- Google has increased the amount from $1 billion to $3 billion
- Google’s licensing fees make up a large bulk of Apple’s services business
- iOS devices contribute about 50 percent to Google’s mobile search revenue
Google will pay Apple nearly $3 billion (roughly Rs. 19,276 crores) this year to remain as the default search engine on iOS devices, US-based research and brokerage firm Bernstein has said.
According to a note to investors on Monday, Google has increased the amount – from $1 billion three years ago to $3 billion this year – and Google’s licensing fees make up a large bulk of Apple’s services business.
“Court documents indicate that Google paid Apple $1B in 2014, and we estimate that total Google payments to Apple in FY 17 may approach $3 billion,” CNBC quoted analyst A.M. Sacconaghi Jr. as saying.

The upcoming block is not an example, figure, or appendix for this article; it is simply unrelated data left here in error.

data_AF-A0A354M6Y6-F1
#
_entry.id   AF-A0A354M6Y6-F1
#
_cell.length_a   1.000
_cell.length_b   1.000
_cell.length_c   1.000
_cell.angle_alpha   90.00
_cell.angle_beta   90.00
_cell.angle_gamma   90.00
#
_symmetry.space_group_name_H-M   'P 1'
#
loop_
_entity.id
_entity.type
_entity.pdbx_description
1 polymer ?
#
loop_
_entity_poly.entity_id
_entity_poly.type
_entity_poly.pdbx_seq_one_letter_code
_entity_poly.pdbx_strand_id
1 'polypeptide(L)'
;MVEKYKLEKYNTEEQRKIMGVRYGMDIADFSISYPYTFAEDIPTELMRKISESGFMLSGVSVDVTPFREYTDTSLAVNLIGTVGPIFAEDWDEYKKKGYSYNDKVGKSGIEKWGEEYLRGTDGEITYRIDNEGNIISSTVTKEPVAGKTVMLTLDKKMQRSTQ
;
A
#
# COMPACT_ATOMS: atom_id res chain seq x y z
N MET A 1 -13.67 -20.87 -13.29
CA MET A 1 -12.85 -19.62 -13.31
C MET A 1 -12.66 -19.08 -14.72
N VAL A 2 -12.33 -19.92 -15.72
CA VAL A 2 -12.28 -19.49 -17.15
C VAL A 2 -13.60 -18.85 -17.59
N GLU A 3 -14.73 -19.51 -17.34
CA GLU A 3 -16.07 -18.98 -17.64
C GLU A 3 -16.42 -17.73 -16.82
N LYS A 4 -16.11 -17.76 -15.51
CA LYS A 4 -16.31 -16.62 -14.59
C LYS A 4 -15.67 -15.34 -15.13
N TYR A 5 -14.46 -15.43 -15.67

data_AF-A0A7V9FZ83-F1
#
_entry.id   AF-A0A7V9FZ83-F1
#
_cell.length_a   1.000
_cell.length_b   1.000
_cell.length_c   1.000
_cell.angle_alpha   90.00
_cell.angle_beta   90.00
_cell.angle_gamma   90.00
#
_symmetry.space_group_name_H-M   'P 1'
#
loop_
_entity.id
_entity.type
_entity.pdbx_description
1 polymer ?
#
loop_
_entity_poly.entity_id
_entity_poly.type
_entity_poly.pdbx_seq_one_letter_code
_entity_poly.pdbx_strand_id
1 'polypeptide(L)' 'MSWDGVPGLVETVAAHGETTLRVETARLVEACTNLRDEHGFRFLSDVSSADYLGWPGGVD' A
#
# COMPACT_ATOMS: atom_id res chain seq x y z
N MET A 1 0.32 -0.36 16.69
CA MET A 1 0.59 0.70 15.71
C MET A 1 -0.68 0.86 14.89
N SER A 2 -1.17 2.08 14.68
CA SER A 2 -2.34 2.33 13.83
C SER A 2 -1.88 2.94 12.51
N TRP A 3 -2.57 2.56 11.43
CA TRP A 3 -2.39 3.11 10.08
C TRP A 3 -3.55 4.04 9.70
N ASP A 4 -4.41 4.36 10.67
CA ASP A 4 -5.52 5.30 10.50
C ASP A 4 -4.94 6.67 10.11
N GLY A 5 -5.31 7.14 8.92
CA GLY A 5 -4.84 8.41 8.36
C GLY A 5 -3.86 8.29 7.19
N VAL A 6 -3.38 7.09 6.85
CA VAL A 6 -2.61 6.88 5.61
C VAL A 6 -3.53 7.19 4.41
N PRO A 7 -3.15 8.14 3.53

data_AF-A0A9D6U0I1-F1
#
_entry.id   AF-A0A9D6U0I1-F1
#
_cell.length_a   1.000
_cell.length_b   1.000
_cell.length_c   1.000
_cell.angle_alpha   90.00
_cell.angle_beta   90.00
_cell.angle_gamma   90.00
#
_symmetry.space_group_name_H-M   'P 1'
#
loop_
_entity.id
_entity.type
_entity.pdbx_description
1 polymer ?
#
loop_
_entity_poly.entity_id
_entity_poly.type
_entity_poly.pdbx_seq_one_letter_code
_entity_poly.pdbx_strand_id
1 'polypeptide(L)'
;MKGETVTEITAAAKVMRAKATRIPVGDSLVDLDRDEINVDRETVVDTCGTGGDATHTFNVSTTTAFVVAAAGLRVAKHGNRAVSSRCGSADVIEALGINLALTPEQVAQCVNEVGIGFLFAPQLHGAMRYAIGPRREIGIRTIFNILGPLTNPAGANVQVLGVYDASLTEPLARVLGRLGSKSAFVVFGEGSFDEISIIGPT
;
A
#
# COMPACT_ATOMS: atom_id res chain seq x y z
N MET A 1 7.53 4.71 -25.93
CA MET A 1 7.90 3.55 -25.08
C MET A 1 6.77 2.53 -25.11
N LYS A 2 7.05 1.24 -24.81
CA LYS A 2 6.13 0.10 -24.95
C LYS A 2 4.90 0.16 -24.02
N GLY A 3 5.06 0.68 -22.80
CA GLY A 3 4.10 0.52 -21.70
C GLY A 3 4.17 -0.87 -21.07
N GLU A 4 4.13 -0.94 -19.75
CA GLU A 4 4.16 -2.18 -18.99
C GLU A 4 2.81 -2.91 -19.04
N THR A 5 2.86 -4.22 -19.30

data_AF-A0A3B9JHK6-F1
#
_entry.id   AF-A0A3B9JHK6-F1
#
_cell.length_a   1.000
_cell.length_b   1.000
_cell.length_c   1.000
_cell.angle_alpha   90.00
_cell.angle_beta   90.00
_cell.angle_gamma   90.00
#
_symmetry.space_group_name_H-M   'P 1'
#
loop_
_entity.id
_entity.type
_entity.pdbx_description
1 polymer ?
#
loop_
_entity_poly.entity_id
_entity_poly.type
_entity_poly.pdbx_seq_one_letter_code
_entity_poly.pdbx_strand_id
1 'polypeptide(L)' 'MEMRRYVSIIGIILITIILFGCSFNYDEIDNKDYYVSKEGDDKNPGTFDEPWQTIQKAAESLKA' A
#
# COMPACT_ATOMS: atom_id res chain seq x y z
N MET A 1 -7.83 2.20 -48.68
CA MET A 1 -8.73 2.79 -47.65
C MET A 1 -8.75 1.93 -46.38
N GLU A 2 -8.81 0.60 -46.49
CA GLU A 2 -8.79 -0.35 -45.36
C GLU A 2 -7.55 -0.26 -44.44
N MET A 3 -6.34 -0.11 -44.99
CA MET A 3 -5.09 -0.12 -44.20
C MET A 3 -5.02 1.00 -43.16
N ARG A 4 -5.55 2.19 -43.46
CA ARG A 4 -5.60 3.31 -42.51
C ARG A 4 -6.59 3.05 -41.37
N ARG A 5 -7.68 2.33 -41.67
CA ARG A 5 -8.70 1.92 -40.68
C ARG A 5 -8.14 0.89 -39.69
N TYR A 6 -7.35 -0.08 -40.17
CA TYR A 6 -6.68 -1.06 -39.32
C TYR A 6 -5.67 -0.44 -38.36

“Given that Google payments are nearly all profit for Apple, Google alone may account for five percent of Apple’s total operating profits this year, and may account for 25 percent of total company OP growth over the last two years,” he added.
Sacconaghi added that Google may be able to back away from these massive payments if it feels ‘confident enough’ about its search engine that Apple would make it be the default option it provides in any case.
Apple’s iOS devices contribute about 50 percent to Google’s mobile search revenue, Sacconaghi noted, which would mean the company may just be ‘too scared’ to step away from the deal despite the payment.
Google to Pay Apple $3 Billion to Remain Default iOS Device Search Engine: Report